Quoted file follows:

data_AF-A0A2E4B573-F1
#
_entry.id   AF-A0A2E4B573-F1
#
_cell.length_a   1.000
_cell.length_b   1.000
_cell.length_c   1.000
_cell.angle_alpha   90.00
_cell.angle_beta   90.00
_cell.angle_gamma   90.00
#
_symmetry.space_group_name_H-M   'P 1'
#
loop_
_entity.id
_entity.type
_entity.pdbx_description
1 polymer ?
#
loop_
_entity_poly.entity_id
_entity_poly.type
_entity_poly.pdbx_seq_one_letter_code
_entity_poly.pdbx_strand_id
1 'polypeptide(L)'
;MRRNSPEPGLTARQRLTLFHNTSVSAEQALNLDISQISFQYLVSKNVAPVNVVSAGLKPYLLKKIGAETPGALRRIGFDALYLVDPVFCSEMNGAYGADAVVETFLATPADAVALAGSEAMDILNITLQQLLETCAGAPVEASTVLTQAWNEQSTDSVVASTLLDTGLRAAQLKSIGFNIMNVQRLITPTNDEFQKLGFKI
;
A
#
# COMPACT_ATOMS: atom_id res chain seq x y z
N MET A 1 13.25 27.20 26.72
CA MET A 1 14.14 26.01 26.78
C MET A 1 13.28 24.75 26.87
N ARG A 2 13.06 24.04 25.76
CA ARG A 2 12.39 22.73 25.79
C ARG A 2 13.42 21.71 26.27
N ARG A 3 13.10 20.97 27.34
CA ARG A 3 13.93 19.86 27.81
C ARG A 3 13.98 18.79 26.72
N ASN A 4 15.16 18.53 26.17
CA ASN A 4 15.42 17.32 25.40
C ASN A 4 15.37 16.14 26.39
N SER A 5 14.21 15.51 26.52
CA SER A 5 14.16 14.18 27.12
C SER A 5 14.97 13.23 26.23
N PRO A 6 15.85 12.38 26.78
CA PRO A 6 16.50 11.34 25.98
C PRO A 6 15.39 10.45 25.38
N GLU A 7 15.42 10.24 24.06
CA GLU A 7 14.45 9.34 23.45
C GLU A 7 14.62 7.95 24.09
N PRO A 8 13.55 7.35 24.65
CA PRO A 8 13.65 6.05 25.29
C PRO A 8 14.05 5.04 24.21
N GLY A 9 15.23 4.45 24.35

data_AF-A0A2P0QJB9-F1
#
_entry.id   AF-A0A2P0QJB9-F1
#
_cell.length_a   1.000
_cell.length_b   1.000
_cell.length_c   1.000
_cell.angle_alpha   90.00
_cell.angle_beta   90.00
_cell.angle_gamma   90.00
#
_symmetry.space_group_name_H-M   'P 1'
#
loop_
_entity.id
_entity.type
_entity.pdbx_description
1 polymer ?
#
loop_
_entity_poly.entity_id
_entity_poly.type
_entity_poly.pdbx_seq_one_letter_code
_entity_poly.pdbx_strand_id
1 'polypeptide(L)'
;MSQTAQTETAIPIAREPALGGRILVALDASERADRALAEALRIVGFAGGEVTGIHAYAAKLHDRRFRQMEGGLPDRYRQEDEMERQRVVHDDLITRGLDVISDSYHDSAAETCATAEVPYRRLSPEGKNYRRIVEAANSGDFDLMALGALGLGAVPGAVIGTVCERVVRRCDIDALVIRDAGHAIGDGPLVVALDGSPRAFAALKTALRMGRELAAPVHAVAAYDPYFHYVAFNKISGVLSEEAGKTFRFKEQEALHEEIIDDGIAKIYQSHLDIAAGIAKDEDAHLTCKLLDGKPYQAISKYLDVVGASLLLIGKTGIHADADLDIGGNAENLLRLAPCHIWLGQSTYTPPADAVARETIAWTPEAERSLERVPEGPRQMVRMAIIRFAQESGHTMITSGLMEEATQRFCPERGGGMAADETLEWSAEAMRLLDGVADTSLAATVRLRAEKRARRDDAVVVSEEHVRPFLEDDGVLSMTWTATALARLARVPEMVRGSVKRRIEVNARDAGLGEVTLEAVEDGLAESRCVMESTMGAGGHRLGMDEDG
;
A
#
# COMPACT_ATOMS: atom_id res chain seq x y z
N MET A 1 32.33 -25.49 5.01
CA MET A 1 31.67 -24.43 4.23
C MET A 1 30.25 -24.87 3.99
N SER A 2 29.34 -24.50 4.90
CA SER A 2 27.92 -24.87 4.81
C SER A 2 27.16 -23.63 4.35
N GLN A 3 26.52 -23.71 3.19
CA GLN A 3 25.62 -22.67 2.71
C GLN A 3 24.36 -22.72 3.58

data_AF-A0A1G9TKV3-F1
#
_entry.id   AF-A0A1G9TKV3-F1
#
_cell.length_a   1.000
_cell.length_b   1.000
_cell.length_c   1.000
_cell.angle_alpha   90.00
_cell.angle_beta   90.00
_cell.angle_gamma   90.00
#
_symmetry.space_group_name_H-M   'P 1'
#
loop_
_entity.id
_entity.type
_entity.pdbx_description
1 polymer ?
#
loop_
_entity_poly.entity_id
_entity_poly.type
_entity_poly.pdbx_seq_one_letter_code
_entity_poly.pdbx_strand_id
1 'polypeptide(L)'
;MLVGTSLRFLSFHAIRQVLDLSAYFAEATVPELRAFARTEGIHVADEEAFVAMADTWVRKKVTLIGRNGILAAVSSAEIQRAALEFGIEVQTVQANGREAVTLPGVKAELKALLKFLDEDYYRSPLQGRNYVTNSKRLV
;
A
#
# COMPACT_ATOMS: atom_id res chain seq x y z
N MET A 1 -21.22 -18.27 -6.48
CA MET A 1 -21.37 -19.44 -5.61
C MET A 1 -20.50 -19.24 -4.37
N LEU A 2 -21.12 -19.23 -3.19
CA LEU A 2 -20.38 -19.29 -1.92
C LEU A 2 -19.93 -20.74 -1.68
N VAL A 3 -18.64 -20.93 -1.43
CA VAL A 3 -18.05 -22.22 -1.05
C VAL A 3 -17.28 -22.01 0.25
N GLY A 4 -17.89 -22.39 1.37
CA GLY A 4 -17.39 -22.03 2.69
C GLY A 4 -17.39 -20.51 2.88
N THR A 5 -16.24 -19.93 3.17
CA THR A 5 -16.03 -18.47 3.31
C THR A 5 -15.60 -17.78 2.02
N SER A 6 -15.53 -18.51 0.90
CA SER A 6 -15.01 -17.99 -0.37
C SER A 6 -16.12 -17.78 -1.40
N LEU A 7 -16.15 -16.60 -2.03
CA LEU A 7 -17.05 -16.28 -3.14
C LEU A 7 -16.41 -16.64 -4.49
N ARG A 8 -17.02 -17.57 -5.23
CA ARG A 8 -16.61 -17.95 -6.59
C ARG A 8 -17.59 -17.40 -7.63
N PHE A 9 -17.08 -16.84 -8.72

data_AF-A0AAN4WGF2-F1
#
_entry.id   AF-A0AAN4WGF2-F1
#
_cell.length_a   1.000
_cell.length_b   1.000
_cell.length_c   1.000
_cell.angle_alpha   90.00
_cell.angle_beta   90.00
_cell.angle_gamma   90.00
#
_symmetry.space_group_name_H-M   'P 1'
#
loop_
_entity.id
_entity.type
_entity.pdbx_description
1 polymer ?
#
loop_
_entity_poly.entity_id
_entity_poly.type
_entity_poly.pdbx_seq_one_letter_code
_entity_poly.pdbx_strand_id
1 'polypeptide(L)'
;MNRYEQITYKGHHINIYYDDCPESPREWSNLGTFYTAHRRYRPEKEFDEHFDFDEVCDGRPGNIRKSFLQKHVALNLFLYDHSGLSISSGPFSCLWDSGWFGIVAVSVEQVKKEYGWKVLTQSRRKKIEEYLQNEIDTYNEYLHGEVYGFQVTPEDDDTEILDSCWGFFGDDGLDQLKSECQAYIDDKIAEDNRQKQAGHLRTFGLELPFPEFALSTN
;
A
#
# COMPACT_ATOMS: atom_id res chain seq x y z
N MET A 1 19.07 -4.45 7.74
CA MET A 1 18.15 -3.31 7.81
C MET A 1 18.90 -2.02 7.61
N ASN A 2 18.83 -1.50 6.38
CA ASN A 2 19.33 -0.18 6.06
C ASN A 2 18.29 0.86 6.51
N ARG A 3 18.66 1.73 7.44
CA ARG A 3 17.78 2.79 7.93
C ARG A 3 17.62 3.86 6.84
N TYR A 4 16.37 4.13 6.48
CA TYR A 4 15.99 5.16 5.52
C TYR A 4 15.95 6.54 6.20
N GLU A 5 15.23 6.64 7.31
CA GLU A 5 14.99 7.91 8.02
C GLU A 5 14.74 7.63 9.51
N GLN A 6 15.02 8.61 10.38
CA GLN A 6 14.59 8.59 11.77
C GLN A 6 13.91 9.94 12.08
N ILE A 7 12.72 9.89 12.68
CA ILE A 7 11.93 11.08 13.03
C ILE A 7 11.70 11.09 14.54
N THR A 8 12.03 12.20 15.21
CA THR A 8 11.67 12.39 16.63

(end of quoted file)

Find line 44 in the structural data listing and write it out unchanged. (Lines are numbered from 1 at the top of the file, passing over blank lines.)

CA SER A 5 14.16 14.18 27.12